Understanding Avoidance as a Coping Strategy in Depression

December 21, 2023

Understanding Avoidance as a Coping Strategy in Depression

Numerous studies suggest that physical activity can prevent and even treat depression. Distancing has covered similar research; one found that running twice a week for 16 weeks had antidepressant-like effects. Such a simple and clear study! Now, let's encourage all those feeling down to start running. Let's nationally operate running groups, support them, and reward active participation.

Reality, however, paints a different picture. Depressed individuals, even when aware that movement could benefit them, won't step outside. Why is this? Lack of motivation? Perhaps. But there are more complex reasons why people in a slump don't go out.

From a cognitive-behavioral therapy (CBT) perspective, individuals often harbor biased views on their condition and future. "I'm lethargic all day and can't do anything," they say. Therapists start by prompting action to address such thoughts. "You feel lethargic all day? Shall we observe if that's truly the case?" Through this, those who are depressed begin to realize that they aren't completely immobilized by their depression nor utterly incapable of doing anything. Therapists illuminate such insights to induce behavioral change.

Yet often, underneath these skewed perceptions lie more complex issues. Many with depression have had adverse past experiences—cold treatment from parents, deep relational wounds, significant failures. Such experiences naturally lead to negative self-perceptions: "I'm inadequate," "I'm worthless," "I won't make it." When such thoughts take hold, people limit their activities for fear of confronting these perceived inadequacies, no matter the challenge or outing—even exercising. CBT refers to this pattern as 'avoidance.'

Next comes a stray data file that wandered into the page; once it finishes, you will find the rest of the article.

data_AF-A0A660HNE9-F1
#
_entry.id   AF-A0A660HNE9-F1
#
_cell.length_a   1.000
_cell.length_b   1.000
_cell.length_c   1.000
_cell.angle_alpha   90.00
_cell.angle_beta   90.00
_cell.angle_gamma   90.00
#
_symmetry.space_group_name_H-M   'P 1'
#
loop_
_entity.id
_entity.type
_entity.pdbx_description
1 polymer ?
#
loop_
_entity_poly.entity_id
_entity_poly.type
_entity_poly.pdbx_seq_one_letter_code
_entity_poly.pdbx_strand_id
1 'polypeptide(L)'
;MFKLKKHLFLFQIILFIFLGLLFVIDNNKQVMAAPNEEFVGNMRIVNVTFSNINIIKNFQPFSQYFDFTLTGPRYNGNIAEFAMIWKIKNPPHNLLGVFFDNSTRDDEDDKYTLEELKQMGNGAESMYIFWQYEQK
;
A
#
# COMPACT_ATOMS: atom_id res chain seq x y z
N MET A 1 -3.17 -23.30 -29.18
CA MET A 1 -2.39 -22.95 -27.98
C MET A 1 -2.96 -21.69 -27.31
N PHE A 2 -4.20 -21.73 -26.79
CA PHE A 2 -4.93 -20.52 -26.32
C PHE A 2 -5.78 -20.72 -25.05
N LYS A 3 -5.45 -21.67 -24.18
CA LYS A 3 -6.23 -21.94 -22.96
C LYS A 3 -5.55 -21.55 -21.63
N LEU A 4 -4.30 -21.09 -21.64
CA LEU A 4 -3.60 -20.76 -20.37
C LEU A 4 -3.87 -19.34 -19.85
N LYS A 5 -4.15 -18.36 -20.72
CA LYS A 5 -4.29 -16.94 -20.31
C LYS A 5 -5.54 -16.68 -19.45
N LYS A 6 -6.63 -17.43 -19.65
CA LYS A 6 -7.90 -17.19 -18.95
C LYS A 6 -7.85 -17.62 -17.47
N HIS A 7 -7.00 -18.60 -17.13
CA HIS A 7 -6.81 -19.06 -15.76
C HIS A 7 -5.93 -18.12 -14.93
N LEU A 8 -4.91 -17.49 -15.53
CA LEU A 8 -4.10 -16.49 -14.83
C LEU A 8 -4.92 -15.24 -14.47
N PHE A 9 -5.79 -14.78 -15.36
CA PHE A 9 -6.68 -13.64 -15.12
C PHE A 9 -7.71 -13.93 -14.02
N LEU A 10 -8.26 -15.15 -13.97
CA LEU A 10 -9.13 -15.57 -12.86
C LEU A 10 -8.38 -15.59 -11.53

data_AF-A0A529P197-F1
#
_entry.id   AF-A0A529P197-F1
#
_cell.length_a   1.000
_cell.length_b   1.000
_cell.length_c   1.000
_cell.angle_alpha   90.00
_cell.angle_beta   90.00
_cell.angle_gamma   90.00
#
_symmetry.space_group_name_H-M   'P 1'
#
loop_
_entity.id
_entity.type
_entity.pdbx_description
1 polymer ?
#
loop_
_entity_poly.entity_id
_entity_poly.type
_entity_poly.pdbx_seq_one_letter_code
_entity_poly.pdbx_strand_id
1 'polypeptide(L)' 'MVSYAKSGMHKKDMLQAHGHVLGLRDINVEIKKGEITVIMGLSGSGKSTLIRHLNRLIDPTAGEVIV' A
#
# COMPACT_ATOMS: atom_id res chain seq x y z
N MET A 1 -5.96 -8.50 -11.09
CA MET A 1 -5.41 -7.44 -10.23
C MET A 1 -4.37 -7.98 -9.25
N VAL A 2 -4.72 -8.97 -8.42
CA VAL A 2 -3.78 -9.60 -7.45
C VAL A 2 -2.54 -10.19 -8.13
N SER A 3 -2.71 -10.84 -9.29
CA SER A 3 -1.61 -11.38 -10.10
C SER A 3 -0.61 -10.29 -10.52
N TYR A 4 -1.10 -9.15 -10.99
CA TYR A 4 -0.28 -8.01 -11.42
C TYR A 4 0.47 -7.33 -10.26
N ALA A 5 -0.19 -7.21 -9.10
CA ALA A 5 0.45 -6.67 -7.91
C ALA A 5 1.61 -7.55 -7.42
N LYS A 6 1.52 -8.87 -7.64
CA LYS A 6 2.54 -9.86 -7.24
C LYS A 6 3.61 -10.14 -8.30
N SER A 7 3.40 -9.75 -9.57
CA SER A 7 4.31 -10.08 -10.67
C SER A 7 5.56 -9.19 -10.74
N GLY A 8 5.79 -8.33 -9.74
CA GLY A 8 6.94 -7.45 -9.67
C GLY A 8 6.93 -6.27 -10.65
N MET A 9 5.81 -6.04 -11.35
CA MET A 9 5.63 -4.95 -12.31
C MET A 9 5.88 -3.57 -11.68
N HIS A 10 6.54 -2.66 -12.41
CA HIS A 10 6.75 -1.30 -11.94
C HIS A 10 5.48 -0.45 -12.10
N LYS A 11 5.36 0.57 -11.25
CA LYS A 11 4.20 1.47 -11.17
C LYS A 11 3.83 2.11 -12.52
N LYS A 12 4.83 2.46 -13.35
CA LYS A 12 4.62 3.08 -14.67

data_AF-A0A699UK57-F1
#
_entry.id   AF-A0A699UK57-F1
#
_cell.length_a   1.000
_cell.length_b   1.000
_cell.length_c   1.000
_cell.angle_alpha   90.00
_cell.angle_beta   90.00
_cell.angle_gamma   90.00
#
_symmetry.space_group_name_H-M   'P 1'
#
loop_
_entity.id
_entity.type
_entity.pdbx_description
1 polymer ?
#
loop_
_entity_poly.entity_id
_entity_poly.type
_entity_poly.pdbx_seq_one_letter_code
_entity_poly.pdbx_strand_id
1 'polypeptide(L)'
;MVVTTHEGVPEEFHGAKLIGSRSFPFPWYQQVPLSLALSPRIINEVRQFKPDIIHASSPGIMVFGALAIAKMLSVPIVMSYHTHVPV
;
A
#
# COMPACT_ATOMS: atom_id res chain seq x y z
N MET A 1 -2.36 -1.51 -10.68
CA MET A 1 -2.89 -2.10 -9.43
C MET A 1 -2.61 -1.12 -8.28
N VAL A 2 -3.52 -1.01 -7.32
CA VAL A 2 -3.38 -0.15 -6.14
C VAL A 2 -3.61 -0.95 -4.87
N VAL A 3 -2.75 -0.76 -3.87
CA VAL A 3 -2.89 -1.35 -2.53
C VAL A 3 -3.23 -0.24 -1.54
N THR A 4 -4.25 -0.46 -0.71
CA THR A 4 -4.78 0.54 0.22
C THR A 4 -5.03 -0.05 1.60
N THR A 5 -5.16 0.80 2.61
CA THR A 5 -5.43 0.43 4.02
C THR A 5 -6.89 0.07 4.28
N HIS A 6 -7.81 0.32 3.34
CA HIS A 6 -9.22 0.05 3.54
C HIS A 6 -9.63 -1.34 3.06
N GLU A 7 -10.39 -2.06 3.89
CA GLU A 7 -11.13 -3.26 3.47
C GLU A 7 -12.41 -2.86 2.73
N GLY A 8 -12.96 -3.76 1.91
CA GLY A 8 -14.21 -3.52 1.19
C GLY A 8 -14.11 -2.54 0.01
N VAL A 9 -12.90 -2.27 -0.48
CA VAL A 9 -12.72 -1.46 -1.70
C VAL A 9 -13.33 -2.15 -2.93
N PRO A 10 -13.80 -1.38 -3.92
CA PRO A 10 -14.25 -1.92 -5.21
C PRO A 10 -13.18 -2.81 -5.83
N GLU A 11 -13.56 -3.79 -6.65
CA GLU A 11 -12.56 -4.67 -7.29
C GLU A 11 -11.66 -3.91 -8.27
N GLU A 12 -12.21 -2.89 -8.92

Although avoidance might seem to offer security by reducing the risk of negative experiences, it gradually constricts life's scope and traps individuals in self-criticism over the long term. This provides context for why simply saying "Just move," or "Start exercising," to someone with depression, and funneling them into exercise programs, can be misguided. Real change in behavior is difficult to achieve without understanding why they are inactive and what thoughts dominate their minds.

In this vein, Aaron T. Beck, the founder of CBT, explained that "behavior activation ultimately involves identifying the underlying thoughts and working with these thoughts." Hence, he originally termed this approach 'cognitive therapy.' Modern psychiatry has evolved; there are effective drugs and behavioral techniques. However, a mechanical approach—simply taking medication well or moving one's body without deep understanding—won't resolve core issues.

Distancing focuses on helping those who are depressed and anxious understand themselves and learn directly how to cope with their cognitive structures. It's not an easy process, but there are people who are gradually creating change. Hopefully, many will distance themselves from limiting thoughts and create shifts that steer back to the values they wish for in life.

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